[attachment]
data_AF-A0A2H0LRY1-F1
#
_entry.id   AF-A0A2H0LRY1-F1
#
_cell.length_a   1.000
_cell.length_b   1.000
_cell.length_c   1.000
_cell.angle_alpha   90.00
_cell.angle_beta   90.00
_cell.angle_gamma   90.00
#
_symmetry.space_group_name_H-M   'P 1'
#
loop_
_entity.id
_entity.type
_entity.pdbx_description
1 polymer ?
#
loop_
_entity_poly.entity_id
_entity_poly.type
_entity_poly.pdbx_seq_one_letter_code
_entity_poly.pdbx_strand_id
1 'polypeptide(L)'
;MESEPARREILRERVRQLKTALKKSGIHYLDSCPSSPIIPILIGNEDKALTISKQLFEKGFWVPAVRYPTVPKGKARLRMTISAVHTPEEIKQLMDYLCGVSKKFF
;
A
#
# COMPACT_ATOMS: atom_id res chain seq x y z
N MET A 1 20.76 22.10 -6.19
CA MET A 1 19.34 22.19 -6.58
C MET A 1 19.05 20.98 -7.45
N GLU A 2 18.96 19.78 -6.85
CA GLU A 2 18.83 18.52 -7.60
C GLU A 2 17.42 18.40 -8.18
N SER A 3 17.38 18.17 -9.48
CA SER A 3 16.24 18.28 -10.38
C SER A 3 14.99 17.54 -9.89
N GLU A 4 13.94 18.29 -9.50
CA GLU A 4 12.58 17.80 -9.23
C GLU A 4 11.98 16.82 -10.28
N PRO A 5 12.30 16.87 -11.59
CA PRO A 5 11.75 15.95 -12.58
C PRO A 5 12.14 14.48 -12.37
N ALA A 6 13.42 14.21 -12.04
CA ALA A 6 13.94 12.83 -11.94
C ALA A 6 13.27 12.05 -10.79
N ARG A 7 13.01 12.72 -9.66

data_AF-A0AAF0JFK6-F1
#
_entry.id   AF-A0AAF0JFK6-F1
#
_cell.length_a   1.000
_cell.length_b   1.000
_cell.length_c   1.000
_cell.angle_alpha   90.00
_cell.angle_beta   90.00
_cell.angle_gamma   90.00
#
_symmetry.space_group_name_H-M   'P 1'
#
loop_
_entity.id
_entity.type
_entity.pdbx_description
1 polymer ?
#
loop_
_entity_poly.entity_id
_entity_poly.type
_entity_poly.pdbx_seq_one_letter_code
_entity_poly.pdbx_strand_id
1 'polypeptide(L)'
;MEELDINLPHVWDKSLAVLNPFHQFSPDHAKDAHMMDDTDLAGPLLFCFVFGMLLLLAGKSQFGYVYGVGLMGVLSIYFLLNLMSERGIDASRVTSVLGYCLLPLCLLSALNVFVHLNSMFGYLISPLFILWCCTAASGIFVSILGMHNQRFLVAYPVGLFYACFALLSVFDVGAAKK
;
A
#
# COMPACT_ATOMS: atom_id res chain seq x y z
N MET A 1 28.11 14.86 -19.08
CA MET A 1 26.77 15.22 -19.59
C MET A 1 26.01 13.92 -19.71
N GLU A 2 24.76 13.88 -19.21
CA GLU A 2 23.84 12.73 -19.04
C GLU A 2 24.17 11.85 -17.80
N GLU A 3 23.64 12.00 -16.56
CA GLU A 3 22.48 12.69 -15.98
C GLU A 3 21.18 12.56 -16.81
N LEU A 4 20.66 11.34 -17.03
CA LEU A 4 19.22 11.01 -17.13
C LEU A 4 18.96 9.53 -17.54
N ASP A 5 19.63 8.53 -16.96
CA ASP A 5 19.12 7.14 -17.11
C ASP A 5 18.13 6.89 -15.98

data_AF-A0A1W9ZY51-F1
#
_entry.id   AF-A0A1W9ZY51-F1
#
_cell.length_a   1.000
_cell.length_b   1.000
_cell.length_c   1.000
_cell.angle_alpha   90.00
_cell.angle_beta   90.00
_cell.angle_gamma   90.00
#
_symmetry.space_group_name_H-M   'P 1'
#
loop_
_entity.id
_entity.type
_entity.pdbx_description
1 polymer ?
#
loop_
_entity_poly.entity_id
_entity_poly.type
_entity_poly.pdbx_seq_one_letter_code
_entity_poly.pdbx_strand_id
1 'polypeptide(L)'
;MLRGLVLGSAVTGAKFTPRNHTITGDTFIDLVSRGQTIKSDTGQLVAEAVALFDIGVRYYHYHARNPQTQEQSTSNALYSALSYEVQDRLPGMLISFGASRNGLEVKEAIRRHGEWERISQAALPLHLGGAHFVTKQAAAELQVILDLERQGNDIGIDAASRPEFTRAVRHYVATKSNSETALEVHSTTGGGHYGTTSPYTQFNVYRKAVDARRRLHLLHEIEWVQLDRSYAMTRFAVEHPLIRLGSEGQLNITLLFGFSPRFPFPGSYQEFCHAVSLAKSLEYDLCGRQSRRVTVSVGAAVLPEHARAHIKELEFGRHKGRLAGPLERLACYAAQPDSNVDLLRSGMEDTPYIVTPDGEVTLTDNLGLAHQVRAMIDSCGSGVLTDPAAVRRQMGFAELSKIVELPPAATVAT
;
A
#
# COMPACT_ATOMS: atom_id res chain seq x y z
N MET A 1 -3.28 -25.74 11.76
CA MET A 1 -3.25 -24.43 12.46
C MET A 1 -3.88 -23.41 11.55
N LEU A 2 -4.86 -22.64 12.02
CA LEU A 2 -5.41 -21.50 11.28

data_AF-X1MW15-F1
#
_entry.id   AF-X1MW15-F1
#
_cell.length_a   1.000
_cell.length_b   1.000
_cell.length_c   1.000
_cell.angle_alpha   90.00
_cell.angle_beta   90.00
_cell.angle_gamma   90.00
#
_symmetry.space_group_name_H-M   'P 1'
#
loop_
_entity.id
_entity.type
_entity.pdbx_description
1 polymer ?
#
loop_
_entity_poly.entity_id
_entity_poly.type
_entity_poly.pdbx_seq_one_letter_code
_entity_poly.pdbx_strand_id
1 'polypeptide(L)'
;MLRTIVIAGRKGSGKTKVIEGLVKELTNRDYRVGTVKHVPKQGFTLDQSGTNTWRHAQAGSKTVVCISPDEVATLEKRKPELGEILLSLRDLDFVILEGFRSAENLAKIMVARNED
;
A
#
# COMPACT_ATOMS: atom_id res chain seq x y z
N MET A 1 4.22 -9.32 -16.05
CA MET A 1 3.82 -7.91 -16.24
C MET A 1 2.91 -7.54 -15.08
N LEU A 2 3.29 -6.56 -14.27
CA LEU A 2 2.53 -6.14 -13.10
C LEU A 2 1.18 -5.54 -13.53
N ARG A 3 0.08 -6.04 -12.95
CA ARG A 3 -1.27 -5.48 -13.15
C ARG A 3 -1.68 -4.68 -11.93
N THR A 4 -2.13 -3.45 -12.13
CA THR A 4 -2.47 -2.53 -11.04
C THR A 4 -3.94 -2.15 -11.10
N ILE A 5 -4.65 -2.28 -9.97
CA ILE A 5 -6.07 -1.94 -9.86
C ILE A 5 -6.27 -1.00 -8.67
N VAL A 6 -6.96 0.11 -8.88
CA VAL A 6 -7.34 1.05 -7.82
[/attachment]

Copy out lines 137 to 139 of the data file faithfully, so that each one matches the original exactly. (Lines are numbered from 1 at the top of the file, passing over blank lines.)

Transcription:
_cell.angle_alpha   90.00
_cell.angle_beta   90.00
_cell.angle_gamma   90.00